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Friday, November 23, 2012

Open Europe publishes (and analyses) leaked draft of Van Rompuy's new EU budget proposal

We’ve got our hands on a leaked copy of the latest HermanVan Rompuy (HvR) proposal for the EU budget (see here for the full doc). The headline spending figure remains broadly unchanged in the new proposal, standing at €1,014bn (a €4bn increase), but more cash is spent on farm subsidies and structural funds, in a move designed to appease France, Poland, Italy and Spain.

(The figures here includes off budget items, if they are discounted the second proposal is actuall a decrease, from €973bn to €972bn. This is mostly due to items which weren't off budget in the original proposal, being off budget in the second version).

No figure is given for payments appropriations – the figure that the UK government is targeting – but given that this figure has widely been cited to be €940bn, it’s likely that it’ll have to come down more if acceptable to the UK (with the government's initial proposal at €886bn).

Also, just like with the previous draft, the latest HvR proposal foresees cuts to the UK rebate – which is a non-starter for Britain.  As a refresher (from our recent flash analysis):
“The proposal also includes an adjustment in the way in which the UK rebate is calculated. This could result in the UK rebate falling by as much as 11% or €3.5bn across the next budget period, solely due to this adjustment.

The plan also suggests that ‘corrections’ such as the UK rebate will be “fully financed by all member states”. It’s not entirely clear what this means, but it does suggest that the UK could actually be responsible for funding part of its own rebate. If this were the case then the rebate could be reduced by a further €3.316bn, cutting the rebate by a further 11.5%, and 21% (€6.8bn) from its original amount.”
The increased spending on CAP and Cohesion moves further away from the spending split which many in the UK would like to see (more growth focused) while although the headline figure has not increased it is still probably slightly too high. See table below for the full break down (click to enlarge):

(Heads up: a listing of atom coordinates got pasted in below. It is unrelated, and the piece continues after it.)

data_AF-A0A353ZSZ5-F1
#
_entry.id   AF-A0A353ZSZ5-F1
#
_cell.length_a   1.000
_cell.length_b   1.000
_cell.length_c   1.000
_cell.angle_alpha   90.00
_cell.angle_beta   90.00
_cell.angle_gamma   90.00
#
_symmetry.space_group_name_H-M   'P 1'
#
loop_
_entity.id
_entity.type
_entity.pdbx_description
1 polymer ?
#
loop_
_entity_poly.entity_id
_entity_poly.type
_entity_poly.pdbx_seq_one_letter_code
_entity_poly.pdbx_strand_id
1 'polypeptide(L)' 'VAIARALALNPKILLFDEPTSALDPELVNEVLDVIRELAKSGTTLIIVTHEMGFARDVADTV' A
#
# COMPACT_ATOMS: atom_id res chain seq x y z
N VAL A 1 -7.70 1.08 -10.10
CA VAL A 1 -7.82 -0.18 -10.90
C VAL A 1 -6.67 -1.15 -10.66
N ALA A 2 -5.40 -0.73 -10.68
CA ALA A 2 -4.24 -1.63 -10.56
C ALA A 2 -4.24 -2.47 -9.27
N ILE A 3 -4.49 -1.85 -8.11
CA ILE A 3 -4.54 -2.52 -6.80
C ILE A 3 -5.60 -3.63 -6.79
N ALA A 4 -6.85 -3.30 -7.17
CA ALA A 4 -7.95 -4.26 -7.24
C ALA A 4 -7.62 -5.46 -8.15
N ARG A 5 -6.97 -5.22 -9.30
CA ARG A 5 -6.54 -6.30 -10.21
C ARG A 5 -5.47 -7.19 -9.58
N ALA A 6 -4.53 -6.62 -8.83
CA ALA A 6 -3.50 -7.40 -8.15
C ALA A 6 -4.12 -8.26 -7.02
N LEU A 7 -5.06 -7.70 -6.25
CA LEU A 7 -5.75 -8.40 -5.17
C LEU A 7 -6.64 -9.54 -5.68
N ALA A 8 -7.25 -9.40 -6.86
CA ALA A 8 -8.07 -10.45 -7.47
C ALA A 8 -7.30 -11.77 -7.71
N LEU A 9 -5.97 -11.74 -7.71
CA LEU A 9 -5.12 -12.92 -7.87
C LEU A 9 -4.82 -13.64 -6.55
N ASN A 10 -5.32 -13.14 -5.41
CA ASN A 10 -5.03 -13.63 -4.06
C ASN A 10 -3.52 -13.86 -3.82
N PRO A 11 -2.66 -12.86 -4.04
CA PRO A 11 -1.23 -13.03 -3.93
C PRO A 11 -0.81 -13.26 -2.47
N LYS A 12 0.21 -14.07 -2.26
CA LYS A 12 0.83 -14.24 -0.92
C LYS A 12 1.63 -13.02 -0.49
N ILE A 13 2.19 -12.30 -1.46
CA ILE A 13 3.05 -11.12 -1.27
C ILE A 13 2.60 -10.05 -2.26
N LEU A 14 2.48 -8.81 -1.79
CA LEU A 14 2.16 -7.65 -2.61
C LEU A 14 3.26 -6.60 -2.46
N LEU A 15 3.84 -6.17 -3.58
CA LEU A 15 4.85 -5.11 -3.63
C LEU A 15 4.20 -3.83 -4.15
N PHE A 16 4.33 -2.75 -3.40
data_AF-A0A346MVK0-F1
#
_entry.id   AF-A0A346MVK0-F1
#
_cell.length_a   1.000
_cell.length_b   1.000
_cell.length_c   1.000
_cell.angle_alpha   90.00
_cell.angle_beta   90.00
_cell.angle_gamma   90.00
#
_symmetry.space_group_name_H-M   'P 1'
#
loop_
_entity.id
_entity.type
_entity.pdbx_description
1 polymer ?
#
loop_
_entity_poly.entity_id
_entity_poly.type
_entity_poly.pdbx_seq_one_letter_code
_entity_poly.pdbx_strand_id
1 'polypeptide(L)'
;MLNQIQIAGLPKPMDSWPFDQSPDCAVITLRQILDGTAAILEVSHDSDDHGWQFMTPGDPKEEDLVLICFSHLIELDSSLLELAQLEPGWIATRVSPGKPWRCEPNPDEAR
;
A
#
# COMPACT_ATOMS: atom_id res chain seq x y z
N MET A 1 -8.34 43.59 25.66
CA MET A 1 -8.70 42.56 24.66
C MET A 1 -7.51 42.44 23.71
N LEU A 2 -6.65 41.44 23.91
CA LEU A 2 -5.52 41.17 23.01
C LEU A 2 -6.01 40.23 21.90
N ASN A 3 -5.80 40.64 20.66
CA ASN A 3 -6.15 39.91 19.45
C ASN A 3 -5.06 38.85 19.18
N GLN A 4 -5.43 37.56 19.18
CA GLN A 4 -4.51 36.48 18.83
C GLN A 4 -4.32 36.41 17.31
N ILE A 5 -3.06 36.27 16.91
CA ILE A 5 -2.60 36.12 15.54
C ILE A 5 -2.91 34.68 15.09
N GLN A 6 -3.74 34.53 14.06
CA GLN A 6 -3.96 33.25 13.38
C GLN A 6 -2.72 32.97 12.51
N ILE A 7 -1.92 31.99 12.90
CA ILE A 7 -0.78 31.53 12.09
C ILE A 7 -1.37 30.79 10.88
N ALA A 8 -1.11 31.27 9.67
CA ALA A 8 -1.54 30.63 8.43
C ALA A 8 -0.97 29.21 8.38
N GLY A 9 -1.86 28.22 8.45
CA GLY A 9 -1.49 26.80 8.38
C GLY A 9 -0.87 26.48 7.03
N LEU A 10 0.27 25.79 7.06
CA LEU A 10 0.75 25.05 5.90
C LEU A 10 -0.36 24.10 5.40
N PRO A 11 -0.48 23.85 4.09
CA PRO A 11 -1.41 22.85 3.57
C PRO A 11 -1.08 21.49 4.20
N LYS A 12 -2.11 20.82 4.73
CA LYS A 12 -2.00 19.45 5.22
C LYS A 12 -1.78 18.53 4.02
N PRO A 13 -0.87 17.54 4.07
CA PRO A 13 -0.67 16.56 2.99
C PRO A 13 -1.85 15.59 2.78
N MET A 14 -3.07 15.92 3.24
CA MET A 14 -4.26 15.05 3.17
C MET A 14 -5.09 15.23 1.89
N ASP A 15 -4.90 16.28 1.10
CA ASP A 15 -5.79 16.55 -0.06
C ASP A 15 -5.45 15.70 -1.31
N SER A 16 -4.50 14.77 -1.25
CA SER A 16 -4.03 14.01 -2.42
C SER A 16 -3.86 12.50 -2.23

So, despite talk of progress last night, it still seems that, from a UK perspective (but also likely a Swedish, Dutch and German one) there are some significant divisions.


Rik said...

Cameron is definitely not served by a quick deal.
If you look at the papers in the nett payers and the remarks and comments very likely a majority of the people there agree with him it is their governments that want to give in and compromise.

Also looking at how the money is spent it is 19th/20th century stuff. Nothing to do with getting ready for the 21st century.
CAP/Cohesion (with a lot of corruption and some things making absolutely no sense). Good move to bring the salaries up.

I do think if this gets longer in the public eye support will rise for more cuts. Several governments are pretty weak and even Merkel will not want the almost perpetual bad EU news with elections coming close (next to the Euromess). Anyway nearly all can use some success (in the big payers camp). Especially on the EU front (as the Euro rescue is as popular as the plague) and certainly can hardly afford another way of negative news (around French farmers and Polish noise protection for cows).

Anyway in order to show Cameron means business he cannot come to a deal now. Especially for the homefront he would look like an incompetent idiot nearly with any realistically possible deal. As all of those are likley to be considered insufficient.